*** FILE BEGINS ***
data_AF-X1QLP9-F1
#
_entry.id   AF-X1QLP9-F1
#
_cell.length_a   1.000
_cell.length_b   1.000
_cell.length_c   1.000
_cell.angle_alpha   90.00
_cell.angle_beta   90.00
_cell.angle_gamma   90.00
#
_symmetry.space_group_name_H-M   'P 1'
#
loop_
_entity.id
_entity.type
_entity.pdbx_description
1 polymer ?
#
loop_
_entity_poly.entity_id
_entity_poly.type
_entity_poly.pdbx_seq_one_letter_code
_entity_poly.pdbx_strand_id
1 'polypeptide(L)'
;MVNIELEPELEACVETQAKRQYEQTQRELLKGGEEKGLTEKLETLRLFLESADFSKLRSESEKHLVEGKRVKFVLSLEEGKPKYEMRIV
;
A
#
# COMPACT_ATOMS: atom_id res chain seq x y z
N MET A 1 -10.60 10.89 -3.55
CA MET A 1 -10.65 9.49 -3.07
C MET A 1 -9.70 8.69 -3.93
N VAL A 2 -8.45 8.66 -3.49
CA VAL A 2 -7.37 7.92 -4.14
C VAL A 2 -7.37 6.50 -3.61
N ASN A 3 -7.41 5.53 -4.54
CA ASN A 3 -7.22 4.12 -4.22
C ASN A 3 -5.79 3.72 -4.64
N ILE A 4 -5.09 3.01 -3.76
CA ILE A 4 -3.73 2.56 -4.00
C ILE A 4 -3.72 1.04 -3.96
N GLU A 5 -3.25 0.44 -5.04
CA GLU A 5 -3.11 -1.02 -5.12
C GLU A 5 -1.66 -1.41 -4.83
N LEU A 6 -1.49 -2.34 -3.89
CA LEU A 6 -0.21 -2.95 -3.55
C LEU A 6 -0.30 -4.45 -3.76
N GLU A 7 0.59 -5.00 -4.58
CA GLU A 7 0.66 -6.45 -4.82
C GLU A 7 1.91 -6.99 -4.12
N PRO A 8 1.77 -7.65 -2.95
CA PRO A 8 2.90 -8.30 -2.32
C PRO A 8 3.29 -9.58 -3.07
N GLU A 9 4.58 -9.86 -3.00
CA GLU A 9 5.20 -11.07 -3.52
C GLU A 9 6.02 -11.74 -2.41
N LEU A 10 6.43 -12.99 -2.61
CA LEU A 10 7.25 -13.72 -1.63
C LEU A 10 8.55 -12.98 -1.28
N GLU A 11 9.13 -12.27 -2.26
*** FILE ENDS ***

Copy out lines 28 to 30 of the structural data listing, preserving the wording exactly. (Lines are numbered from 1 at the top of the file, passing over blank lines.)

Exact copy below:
A
#
# COMPACT_ATOMS: atom_id res chain seq x y z